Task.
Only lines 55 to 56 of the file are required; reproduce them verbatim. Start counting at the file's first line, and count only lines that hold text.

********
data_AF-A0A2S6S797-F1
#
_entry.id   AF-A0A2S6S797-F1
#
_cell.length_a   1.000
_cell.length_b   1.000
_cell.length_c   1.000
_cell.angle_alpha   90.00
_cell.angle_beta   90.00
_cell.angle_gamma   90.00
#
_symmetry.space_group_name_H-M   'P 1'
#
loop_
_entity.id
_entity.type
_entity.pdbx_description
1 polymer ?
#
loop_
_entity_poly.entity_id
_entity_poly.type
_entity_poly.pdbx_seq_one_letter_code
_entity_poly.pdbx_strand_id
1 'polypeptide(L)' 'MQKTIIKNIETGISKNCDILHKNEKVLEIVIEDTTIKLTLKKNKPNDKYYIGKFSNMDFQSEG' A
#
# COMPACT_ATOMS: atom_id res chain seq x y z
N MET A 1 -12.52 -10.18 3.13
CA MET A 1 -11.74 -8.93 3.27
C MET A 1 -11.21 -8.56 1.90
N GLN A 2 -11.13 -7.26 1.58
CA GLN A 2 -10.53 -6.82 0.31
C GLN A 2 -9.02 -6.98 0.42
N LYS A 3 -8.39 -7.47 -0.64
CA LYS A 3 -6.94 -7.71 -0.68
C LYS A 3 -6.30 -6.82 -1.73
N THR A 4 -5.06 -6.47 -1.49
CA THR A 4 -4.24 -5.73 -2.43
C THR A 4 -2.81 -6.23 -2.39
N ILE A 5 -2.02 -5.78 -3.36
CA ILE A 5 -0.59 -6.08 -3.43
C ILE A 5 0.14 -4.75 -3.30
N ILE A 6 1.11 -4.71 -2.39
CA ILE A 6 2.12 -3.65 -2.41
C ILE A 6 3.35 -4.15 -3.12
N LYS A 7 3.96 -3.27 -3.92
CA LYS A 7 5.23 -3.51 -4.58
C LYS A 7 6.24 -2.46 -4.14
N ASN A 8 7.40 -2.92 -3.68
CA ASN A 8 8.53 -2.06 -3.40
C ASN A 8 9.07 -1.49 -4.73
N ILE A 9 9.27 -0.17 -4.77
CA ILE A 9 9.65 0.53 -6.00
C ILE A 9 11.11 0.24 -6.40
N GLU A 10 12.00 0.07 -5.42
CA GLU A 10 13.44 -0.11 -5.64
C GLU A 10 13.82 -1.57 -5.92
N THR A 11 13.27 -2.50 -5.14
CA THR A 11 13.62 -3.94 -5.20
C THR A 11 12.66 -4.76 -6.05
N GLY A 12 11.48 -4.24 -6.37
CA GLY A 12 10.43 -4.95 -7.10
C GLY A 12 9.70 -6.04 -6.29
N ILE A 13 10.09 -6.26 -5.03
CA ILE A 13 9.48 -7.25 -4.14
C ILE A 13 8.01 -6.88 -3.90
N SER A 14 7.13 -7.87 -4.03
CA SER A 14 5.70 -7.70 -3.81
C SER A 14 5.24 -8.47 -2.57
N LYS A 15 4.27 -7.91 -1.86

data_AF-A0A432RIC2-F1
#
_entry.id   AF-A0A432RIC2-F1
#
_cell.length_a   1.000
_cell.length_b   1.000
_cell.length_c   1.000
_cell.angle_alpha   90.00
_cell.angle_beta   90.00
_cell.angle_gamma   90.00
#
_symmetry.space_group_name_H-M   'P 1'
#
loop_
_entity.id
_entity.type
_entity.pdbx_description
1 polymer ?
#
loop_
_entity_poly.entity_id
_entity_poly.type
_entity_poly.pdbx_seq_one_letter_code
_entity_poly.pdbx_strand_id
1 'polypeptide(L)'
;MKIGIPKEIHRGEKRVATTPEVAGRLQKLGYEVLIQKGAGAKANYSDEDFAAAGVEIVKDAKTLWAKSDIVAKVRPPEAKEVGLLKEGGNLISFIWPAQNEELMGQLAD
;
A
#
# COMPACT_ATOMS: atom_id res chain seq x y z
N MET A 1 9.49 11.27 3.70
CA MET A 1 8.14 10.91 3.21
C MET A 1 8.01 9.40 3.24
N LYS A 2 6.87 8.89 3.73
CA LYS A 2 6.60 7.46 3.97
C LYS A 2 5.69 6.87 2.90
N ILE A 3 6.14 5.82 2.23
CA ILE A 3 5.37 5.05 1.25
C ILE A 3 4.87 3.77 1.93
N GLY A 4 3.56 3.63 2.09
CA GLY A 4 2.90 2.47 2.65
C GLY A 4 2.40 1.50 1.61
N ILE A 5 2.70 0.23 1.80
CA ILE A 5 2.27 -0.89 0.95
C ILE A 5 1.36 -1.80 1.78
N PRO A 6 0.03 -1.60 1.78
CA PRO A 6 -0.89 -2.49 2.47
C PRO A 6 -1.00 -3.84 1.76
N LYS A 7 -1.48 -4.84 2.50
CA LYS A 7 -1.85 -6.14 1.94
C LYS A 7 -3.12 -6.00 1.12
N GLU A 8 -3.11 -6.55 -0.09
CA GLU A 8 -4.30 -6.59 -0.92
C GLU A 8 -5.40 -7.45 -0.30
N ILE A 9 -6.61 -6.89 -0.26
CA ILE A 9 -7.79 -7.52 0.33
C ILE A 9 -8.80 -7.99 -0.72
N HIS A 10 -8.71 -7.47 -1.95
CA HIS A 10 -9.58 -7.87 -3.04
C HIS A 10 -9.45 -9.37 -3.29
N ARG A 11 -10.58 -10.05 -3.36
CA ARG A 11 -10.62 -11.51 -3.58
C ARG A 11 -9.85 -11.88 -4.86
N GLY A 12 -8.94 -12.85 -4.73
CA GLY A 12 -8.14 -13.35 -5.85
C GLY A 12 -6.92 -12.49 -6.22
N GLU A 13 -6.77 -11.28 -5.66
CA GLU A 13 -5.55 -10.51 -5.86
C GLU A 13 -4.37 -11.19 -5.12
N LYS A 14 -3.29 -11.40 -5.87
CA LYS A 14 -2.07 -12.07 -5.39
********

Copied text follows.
N GLU A 10 12.00 0.07 -5.42
CA GLU A 10 13.44 -0.11 -5.64